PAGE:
The James Webb Space Telescope: seeking light

In addition to looking at distant stars, galaxies and exoplanets, the NASA/ESA/CSA James Webb Space Telescope will investigate our Solar System.. Image by Hubble ESA (CC BY 2.0)

[UPDATE]: Rescheduled launch date – Saturday 25th December 1220 GMT]

With over 25 years of development, numerous delays, major redesigns, extensive testing, and massive costs in excess of £7.5bn; finally, it looks like the long-awaited James Webb Space Telescope (JWST) is finally fuelled and ready to launch from French Guiana on Wednesday 22nd December 2021 07:20 EST[1].

The JWST is the revolutionary successor to the Hubble telescope, which has been orbiting the earth since 1990.  The JWST is a collaborative project by NASA, ESA & CSA, designed to look at not only our own solar system but also distant worlds and even the faint glow from the first galaxies of the universe left over after the big bang[2].  The JWST is both the largest and most powerful space telescope ever constructed and its unique selling point is that it has near-infrared and mid-infrared light capturing abilities (0.6-28.3 µm) that far surpass that of its predecessor.  Once launched on a European Ariane-5 rocket, the JWST will travel over 1.5 million kilometres from earth to region known as a Lagrange point (a stable gravitational point in space), to begin its 5-10-year mission[3].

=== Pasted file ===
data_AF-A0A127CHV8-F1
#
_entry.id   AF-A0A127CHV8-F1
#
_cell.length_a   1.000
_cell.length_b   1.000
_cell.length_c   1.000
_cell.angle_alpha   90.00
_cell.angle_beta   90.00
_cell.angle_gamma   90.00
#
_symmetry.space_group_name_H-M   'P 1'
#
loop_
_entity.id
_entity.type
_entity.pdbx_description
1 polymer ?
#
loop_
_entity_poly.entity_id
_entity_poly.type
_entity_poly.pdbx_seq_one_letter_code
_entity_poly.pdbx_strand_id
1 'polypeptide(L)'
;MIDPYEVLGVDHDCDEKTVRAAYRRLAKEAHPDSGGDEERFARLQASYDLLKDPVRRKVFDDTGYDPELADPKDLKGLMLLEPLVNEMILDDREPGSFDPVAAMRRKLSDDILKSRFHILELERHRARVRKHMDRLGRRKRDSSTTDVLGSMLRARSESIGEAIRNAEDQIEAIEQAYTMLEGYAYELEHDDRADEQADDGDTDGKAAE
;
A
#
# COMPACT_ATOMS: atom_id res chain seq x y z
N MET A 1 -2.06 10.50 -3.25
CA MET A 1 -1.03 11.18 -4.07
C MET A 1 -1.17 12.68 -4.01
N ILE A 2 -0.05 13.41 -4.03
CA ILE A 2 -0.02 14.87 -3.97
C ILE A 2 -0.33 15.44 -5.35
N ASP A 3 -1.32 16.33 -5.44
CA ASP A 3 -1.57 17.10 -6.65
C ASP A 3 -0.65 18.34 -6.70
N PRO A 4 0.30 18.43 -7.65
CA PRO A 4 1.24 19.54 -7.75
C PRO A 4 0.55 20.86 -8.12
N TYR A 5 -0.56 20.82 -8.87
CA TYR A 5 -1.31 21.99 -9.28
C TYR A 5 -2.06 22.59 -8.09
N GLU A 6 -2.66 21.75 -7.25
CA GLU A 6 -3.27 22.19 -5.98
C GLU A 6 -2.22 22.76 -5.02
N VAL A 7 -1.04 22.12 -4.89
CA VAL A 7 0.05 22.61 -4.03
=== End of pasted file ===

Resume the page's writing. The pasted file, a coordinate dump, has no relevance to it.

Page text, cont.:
A major challenge to the mission is that the telescope, when deployed, is too massive to launch using our current rocket technology and has had to be designed to fold up for launch.   Among other parts, the mirror on the JWST is 6.5 metres across and is comprised of 18-gold plated beryllium hexagonal segments which must unfold perfectly whilst in space.  There is also a five-layered sun-shield the size of a tennis court which will expand and stretch to size on deployment; all while adjusting smaller systems, cooling down, aligning and calibrating instruments[4].

Balancing the value of the JWST on paper seems tricky, as a lot can go wrong.  Yes, building the JWST has been costly/long and yes, there are many aspects to the mission which could jeopardise its success.  Including launch issues, deployment problems or even the fact that it is so far away, there is no way for astronauts to fix it!  But this, like many other ambitious endeavours of this nature, holds their value in both sheer scientific discovery and also in the revolutionary scientific knowledge that can only be achieved by those who have gone in pursuit of it.

Copy-edited by Claire Thomson






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